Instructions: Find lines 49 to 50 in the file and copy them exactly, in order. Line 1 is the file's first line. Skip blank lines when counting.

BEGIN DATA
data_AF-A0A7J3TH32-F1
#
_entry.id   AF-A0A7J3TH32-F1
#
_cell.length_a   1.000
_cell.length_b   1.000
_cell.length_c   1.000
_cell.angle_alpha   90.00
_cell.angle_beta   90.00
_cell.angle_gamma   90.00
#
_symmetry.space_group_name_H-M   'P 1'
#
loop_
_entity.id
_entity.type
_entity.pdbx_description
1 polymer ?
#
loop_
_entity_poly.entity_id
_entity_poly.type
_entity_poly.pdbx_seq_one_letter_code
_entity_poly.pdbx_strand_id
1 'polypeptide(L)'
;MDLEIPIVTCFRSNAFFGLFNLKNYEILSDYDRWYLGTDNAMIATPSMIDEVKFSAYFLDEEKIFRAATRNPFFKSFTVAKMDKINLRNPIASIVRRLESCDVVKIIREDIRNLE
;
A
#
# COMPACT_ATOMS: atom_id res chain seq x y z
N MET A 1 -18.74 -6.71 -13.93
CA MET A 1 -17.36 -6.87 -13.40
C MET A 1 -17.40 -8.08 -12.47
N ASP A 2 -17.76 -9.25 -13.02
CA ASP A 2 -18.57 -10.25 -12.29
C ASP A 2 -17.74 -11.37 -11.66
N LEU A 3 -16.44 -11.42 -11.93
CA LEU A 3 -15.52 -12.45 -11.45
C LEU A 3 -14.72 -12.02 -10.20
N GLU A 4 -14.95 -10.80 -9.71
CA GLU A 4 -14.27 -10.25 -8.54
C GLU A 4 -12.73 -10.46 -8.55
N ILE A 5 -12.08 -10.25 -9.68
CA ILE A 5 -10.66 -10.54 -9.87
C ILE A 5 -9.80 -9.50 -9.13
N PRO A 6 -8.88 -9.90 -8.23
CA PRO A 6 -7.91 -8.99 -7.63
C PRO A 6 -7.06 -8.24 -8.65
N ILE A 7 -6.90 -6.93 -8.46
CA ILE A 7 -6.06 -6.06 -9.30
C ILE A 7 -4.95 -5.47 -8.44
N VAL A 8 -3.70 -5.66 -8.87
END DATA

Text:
N ILE A 7 -6.90 -6.93 -8.46
CA ILE A 7 -6.06 -6.06 -9.30